“When Nixon resigned in August 1974, we were onstage at the Roosevelt Raceway in New York, in front of 60,000 people. We had a TV backstage. ‘Guess what, folks? He’s gone!’ we announced. We didn’t have to say who, everyone knew. Huge cheers erupted.” – Graham Nash on Richard Nixon’s resignation, which took place during the 1974 tour of Crosby, Stills and Nash
On the evening of November 4th 2015 I have had the unique opportunity to be amongst the approximately 35.000 people from Piața Universității, Bucharest who protested against the corrupt political establishment and made a display of solidarity and compassion for the unfortunate victims of the Colectiv nightclub incident. The manifestation itself was a very Rousseaunian outburst which brought together concerned citizens whose ideological standpoints, values and religious views were strikingly diverse and divergent: some of them demanded for an increase in healthcare spendings (and, consequently, a decrease in spendings related to the Orthodox Church), others were very vocal about the possibility of resetting the current political scene through a mass resignation on behalf of the members of parliament or a complete parliamentary dissolution (which, constitutionally speaking, can only occur if the President doesn’t get a vote of confidence from Parliament within 60 days in order to form a new government, and has at least two requests rejected), more radical Orthodox Church critics have demanded for the religious institutions to pay taxes and wanted its Patriarch to resign, whilst more eccentric protesters have attacked the previous and current Romanian heads of state (in an attempt to undo the public canonization of Traian Băsescu and hold incumbent president Klaus Iohannis equally accountable for the deaths that took place on Friday, October 30th 2015, in Colectiv nightclub). Contrary to my expectations, the event was not even close to a celebration of the resignation of Prime Minister Victor Ponta – on the contrary, it felt like a demonstration of popular strength which faces off against any oppressive authority that undermines fundamental and universal human values. Though the demands were more vague and less precise than the evening before, the statement of standing ground was just as powerful.
However, critics might argue that the only noticeable volonté générale consisted of the many contrasting moments of chants and silence in memory of the tragedy that took place only 5 days before. Otherwise, the whole movement seemed disorganized and chaotic – and not just in terms of a common ethos, as groups of protesters were scattering around the different areas between Piața Universității and The Palance of Parliament, while certain individuals were talking about mass maneuvers of manipulation and diversion.
But regardless the way in which the protesters have moved around the city center of Bucharest (there were even rumors about a group going to the Romanian Patriarchy), one pattern has been clearly established: the protest belonged to an assembly of civilized, respectful, well-educated and non-violent young people who have somehow managed to leave all the differences aside in order to get together for a greater purpose. The sight of anyone older than forty was not a common occurrence, as the youngsters were leading the way both in ideological and logistical terms. From my point of view, it resembled the establishment of a consensus according to which the new generation is taking over political activism by showing more interest and more involvement in the affairs – and it is all a part of the heritage and moral duty that was taken from those who are older than forty and have participated the more violent movements that took place during the Romanian Revolution and in the subsequent years.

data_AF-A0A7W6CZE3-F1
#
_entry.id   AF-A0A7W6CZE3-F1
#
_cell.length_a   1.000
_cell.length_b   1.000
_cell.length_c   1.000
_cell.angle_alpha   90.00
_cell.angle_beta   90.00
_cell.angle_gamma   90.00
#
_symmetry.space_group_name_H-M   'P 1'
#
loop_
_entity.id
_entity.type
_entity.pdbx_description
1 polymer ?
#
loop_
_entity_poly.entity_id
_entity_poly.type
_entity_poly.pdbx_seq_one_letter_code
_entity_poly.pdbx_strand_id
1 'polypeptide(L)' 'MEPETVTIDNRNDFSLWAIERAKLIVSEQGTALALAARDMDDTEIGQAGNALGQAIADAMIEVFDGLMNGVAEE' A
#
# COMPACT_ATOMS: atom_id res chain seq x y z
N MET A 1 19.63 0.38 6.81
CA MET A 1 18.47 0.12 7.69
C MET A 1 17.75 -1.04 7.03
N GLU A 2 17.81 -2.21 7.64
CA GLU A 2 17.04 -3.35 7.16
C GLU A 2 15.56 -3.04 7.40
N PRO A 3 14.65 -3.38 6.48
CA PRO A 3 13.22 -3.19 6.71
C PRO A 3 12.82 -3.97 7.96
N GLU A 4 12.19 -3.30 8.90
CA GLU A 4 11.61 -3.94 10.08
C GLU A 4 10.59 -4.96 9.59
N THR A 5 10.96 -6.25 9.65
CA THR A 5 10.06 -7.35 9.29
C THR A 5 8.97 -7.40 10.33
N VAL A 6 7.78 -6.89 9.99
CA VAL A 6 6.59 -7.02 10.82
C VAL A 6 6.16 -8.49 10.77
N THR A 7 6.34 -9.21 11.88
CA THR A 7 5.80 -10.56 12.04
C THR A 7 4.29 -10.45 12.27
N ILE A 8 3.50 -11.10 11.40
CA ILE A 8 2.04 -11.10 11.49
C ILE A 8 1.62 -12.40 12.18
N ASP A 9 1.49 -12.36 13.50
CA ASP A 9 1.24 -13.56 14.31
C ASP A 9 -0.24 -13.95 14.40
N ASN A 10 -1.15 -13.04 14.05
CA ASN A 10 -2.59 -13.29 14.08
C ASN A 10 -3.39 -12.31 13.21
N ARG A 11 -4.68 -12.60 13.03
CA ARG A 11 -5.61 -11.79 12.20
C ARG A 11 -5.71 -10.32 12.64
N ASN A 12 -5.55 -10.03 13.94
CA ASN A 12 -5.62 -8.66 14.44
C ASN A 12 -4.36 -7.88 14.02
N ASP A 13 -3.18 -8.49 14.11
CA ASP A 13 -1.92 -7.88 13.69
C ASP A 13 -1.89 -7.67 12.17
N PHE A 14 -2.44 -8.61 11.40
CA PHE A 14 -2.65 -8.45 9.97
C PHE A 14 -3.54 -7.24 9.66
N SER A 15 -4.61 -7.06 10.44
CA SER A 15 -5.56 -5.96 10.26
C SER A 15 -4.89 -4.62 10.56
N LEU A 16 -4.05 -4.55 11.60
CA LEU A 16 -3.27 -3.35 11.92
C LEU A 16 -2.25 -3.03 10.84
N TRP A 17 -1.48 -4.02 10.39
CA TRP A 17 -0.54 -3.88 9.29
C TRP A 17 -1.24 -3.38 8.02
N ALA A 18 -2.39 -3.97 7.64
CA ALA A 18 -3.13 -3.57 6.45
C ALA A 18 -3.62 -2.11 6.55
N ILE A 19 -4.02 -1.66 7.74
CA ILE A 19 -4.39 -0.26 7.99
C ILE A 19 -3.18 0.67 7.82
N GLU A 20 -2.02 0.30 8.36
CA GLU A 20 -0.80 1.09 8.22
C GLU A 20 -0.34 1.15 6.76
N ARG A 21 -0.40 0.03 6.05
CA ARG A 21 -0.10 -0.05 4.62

During the nearly 4 hours I spent along with the young, dynamic and perpetually-expanding crowd, we took a walk from Piața Universității to the Palace of Parliament, stopped at Piața Unirii on the way back, then returned for a louder and more intense gathering at Piața Universității. If the idea that a protest has caused the resignation of the head of the executive has made me think of the Watergate Scandal from the United States of America, the ethos of the crowd has reminded me of the notions I’ve read about the Free Speech Movement from Berkeley University, California. Jack Weinberg has famously coined the term “Don’t trust anyone over thirty” in order to designate a state in which the young are trying to take over the establishment and come up with their own rules and values. Similarly, it was the youth who led the crowd and have created a series of historic political movements that distinguish themselves through the peaceful means, strong ideological stance against corruption, and solidarity for those who were unfortunate enough to pay with their lives in a tragedy for which administrative errors and failed legislative implementations are primordial bearers of blame. Furthermore, as the protest movements progress, the demands seem to increase from one day to the other and, consequently, the movements do not show signs or tendencies to cease anytime soon. That is exactly why, based on the experiences I have had as a participant, I can affirm that the new slogan of the young and bold concerned citizens is “Don’t trust anyone over forty”.
Graham Nash Article on Richard Nixon’s Resignation: http://www.dailymail.co.uk/home/event/article-2418626/Graham-Nash-Come-house-Ill-care-Graham-Nash-Joni-Mitchell-Crosby-Stills.html
The Constitution of Romania, Article 89, Available at: http://www.cdep.ro/pls/dic/site.page?id=371&idl=2&par1=3
Jack Weinberg, “Don’t trust anyone over thirty”, Available at: http://www.berkeleydailyplanet.com/issue/2000-04-06/article/759?headline=Don-t-trust-anyone-over-30-unless-it-s-Jack-Weinberg–Daily-Planet-Staff